Ask the Rabbi - 153
Could you provide some background on the very perplexing warning that a pregnant woman who walks on a fingernail clipping is in danger of miscarriage?
Wilfred Schuster from Toronto wrote:
What is the origin of the habit of burning one's nail clippings or disposing of them with care? Is there a source for this in the Tanach or in the Talmud?
The ruling that one should carefully dispose of fingernail
clippings is found in the Talmud and is cited in the Shulchan
Aruch. The reason the Talmud gives for this 'very perplexing ruling'
is that a pregnant woman who steps on a fingernail clipping is
in danger of a miscarriage. What is the idea behind this?
According to Kabbalah, Adam was created with
a hard shiny membrane covering his whole body. When he ate from
the forbidden tree Adam lost this covering, but it remained on
the tips of his fingers and toes.
This concept is a metaphor for a very deep idea:
Every person is intrinsically immortal due to his spiritual soul.
However, by attaching himself to the physical world through improper
actions (Adam's sin) a person becomes vulnerable to death and
material destruction (loss of protective covering).
The concept of a fingernail harming a pregnant woman
is based on the following idea: The nail, which is dead matter,
represents death and the mortality of the human being. The pregnant
woman represents creation, life and immortality. In mystical thinking,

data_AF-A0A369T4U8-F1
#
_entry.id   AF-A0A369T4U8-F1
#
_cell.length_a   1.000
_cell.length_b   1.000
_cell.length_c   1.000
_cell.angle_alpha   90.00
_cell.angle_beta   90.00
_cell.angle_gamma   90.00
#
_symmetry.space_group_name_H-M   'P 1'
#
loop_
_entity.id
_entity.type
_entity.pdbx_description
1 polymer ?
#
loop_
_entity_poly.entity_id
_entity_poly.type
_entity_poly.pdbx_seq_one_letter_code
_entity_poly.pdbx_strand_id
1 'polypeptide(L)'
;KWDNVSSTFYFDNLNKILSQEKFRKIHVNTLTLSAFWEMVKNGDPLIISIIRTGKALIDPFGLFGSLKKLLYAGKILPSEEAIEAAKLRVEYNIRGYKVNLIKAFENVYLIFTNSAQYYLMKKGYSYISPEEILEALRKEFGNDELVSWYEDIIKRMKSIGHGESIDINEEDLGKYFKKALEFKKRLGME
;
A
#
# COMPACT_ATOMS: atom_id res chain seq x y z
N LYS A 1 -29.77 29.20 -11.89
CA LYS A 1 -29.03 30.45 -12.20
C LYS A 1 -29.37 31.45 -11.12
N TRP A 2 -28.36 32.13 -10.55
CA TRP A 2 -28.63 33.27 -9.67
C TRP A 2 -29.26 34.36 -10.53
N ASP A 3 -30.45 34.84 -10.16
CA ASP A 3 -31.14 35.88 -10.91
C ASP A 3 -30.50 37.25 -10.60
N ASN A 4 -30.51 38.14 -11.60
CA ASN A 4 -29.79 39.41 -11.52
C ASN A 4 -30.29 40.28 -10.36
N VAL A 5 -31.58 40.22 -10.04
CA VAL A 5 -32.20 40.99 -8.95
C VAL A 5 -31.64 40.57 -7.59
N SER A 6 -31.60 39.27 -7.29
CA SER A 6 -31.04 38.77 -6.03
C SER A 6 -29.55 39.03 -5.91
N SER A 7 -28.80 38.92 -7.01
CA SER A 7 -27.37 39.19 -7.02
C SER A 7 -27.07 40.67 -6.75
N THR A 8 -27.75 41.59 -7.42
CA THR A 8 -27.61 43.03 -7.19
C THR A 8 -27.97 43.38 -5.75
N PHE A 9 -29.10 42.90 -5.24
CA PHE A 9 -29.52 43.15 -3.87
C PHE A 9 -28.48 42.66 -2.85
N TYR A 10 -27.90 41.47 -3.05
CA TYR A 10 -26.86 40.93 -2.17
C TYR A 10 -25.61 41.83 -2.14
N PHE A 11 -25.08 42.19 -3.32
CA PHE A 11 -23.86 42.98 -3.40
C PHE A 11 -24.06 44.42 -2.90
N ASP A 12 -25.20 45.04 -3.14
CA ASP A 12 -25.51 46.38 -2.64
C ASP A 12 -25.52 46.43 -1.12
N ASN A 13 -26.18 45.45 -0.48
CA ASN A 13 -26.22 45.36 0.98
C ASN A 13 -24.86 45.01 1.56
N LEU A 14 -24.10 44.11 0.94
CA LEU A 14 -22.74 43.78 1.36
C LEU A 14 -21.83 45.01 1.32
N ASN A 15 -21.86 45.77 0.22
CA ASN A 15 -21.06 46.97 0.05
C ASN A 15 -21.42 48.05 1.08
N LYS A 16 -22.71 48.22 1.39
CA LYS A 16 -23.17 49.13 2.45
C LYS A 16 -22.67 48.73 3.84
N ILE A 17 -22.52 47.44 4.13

objects contain 'sparks' of the ideas which they symbolize. Opposite
'sparks' brought together can cause harm on the spiritual and
physical level. Hence, the fingernail, death, is kept away
from the pregnant woman, life.
- Moed Kattan 18a, Nidah 17a
- Shulchan Aruch, Orach Chaim 260.
- Ibid., Be'er Heteiv
Last week we asked:
Explain how the following situation could occur:
You take a certain item and before deriving benefit from it you
say the required blessing. One minute later you take the exact
same item and derive the exact same type of benefit from it. However,
this time the blessing beforehand is a different blessing. (The
item contains no grain. The item undergoes no change whatsoever.)
Answer: Smelling fragrant spices after Shabbat.
There are different categories of fragrant spices.
Each category requires a different blessing. For example, for
spices that grow on trees the blessing is "Blessed are You
Hashem ...Who creates fragrant trees." For spices
derived from herbs which do not grow on trees, the blessing is
"Blessed are You Hashem ...Who creates fragrant herbs."
However, at the 'havdalah' ceremony after
Shabbat a different blessing is said. At 'havdalah' the
blessing is always "Blessed are you Hashem ...Who creates
various types of fragrances." In essence, this
blessing is for a mixture of spices, or for spices of unknown
nature. But at havdala, this is the standard blessing regardless
of the type of spice. This avoids confusion, since often it's
difficult to identify a given spice, its origins and proper blessing.
(This is according to the Ashkenazic custom. Sephardic Jews say
the precise blesssing.)
So, let's say you use a myrtle branch for the havdalah
ceremony (intending to smell it only once). You say: "Blessed
are You ...Who creates various spices." Then, immediately
after havdalah you decide to smell the exact same myrtle
branch. This time, the blessing is "Blessed are You ...Who
creates fragrant trees."
Ideally, you should use for havdalah a spice
whose proper blessing is "various spices" The
Mishna Berurah suggests cloves.
- Shulchan Aruch, Orach Chaim 217
- Ibid., Mishna Berurah 5, Sha'ar Hatzion 6
- Aruch Hashulchan, Orach Chaim 297:4
- Mishna Berurah 297:1
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